In response to the need for a strong sexual violence prevention program, the Wellbeing Office recruited students to create the STRIVE Coalition: Students Transforming Rice Into a Violence-Free Environment in spring 2015. The group seeks to promote healthy relationships and connect students with resources on campus and is hoping to enact change following the release of results of the Survey on Unwanted Sexual Experiences.
STRIVE is led by an undergraduate executive committee consisting of Jones College junior Alma Almanza, McMurtry College sophomore Madison Blattel, Hanszen College sophomore Rachel Bowyer, Jones College junior Melissa Rodriguez and McMurtry College junior Madhuri Venkateswar. Additionally, the coalition works with student liaisons including the Rice Health Advisors, the residential college Chief Justices, the leadership of the Graduate Student Association and members of the Women’s Resource Center.
Venkateswar said STRIVE is currently focused on creating a sustainable program to address sexual assault prevention.
“We’re going to be a recurring student group to increase communication about sexual assault prevention, serve as an event planning group [and] create something sustainable at the residential college level to make sure that students have resources at their fingertips when it comes to sexual misconduct and sexual assault prevention,” Venkateswar said.
According to Venkateswar, the formation of STRIVE was inspired by Meghan Davenport (Lovett ’15). Davenport worked with Associate Dean of Undergraduates Matthew Taylor on drafting a new sexual misconduct policy last year when she noticed a lack of coordination and focus regarding sexual assault at Rice.
“[Davenport] saw communication between administration and students as a gap, and she saw that a lot of groups on campus were focused on sexual assault as a tangential concern but no group saw it as their primary concern,” Venkateswar said. “That’s what the goal of this group is. This is our primary concern.”
Davenport said she is excited to see the formation of the group and hopes STRIVE can generate positive change. “I hope everyone on campus eventually knows the group and what it does and feels that it’s an issue that is discussed out in the open and ultimately that the climate is improved as a result,” Davenport said.
Almanza said STRIVE will operate by coordinating existing resources.
“We can connect students to resources, but we personally do not offer counseling or other services,” Almanza said.
Venkateswar said STRIVE is still working on establishing connections among various groups on campus and plans to have a point person at each college who can be a resource for students on sexual misconduct policy.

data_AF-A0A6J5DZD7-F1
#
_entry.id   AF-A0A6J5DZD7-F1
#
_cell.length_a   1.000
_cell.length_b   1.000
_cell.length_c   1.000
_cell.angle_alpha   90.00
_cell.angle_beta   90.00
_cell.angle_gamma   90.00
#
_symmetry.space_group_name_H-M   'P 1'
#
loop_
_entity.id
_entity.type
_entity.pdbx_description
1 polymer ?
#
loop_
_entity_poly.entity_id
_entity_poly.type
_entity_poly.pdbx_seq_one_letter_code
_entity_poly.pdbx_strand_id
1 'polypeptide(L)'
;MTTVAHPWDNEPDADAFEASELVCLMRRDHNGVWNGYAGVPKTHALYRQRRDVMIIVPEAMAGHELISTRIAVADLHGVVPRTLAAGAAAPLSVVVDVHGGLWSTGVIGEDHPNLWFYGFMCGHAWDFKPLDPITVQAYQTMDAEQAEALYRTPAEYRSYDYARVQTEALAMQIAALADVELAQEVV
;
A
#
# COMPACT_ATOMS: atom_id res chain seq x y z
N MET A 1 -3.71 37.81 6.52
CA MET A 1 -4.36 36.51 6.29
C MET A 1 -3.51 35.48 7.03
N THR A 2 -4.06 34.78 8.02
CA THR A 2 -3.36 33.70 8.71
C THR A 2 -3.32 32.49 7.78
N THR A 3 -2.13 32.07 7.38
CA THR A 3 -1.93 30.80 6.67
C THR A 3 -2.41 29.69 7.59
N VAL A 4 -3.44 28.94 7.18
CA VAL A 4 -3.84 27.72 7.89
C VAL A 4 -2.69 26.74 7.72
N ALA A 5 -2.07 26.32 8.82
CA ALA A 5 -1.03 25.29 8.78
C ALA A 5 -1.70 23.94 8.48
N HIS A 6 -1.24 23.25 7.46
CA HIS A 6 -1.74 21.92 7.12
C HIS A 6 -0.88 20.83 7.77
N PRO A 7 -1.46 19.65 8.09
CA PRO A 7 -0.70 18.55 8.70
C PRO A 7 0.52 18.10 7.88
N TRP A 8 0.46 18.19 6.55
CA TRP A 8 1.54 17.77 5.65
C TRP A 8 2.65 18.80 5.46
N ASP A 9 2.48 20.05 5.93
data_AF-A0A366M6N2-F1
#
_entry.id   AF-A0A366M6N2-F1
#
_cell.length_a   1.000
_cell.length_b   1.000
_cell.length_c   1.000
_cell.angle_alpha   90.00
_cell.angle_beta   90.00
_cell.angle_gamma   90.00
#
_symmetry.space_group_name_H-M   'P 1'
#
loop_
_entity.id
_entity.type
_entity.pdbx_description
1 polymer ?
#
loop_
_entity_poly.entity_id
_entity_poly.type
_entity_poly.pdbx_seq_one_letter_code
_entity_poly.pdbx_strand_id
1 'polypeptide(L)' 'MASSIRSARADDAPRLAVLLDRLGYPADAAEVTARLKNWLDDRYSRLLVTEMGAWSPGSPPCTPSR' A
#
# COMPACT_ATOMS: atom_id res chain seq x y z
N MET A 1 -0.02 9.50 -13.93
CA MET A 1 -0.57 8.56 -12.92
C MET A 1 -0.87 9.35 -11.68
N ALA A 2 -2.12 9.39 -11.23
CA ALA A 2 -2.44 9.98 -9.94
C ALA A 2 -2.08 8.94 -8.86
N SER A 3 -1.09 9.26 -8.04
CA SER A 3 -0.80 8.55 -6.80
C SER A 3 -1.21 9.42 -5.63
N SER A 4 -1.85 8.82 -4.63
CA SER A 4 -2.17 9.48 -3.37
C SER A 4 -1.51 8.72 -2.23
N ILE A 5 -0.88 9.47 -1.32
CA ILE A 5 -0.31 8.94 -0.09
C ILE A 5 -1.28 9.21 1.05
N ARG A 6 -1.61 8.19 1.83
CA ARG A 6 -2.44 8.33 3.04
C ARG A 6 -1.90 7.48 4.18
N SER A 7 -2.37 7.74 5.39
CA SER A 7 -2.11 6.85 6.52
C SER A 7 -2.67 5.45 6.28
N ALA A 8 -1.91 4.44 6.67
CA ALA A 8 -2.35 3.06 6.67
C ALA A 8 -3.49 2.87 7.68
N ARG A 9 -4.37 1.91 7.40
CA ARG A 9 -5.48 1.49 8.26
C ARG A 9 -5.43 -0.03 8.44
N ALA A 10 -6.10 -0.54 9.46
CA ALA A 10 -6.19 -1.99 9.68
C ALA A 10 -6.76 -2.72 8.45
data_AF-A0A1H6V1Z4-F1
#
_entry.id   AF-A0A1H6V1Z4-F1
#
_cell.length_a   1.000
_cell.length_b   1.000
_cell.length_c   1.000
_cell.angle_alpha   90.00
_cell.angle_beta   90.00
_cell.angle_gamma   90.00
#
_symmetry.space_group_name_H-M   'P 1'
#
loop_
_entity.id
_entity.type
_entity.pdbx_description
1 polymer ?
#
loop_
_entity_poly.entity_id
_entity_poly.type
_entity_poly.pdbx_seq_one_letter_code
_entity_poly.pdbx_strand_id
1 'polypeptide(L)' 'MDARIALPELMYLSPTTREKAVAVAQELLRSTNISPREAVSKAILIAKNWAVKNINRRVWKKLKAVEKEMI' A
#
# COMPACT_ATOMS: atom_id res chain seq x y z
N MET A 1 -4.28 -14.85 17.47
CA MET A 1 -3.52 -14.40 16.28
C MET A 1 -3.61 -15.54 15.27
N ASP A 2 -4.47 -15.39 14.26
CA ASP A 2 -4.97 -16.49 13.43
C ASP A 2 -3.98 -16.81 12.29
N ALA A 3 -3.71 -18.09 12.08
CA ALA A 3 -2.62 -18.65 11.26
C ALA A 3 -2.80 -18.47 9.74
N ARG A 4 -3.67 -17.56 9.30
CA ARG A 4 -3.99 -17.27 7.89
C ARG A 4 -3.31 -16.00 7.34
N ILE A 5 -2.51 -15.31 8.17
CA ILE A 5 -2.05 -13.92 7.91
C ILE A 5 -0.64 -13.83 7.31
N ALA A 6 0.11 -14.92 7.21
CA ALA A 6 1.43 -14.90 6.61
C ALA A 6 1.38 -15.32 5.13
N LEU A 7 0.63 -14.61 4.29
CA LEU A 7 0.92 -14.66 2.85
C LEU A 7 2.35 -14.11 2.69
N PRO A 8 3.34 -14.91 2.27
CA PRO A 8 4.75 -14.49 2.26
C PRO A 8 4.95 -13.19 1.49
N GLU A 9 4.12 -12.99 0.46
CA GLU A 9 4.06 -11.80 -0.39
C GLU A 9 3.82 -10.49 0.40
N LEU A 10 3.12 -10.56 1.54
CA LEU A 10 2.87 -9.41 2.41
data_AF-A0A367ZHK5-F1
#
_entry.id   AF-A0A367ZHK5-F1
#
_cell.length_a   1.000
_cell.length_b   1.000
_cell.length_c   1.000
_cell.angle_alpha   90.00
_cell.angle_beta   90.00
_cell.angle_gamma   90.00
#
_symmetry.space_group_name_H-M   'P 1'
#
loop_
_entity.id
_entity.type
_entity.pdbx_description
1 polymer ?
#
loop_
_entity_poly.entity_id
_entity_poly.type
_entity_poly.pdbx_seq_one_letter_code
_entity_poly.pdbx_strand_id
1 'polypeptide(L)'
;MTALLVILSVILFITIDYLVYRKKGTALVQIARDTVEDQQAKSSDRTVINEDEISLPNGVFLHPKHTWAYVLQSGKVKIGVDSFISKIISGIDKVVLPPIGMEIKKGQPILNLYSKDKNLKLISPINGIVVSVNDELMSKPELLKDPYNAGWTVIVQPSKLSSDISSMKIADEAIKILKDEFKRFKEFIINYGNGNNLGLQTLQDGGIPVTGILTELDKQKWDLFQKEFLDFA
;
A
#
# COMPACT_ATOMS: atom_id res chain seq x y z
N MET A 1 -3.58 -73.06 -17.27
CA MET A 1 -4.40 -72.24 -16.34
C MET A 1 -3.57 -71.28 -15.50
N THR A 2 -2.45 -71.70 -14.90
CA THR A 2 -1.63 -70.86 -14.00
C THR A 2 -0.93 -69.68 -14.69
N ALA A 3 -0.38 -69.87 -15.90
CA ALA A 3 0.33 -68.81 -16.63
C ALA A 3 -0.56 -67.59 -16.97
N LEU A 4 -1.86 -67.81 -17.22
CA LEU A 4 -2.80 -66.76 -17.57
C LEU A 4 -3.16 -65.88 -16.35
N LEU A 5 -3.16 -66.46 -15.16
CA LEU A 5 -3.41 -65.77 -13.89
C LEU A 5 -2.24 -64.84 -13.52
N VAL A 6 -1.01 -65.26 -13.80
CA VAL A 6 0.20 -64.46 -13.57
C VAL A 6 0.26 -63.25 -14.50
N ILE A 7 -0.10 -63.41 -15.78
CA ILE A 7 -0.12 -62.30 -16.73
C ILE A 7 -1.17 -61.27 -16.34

“We are in the process of talks with the head RHAs, and we will eventually take this to the Student Association and college governments,” Venkateswar said. “[College representatives] will also serve as a liaison between the CJs, the presidents and the RHAs, and as a sounding board with the adult team.”
Once the connections are established, STRIVE intends to hold various events to encourage students to play an active role in eliminating sexual violence, according to Venkateswar.
“We envision the college liaisons holding a lot of events at the residential college level which can span from study breaks to having discussion about community values to holding events together with the RHAs,” Venkateswar said. “We also envision holding maybe one big event during the year so people can connect themselves with the Title IX Office and know that it is not a scary place, that it is a resource for students.”
Bowyer said the group plans to reach out to incoming students in the future. “We also hope to be involved with [Orientation Week] next year with potential talks and affiliates,” Bowyer said.
According to Rodriguez the group not only aims to reduce incidents of sexual misconduct but also to encourage healthy relationships.
“We want not only improvement in the sense that we are not seeing these kinds of issues arise but that people are experiencing their relationships, sexuality and sexual lives positively,” Rodriguez said.
Venkateswar said STRIVE is looking forward to the campus-wide effort to end sexual violence at Rice.
“The numbers that came out of the survey [are] unacceptable,” Venkateswar said. “All of us will be working together to move forward and create a safer environment here.”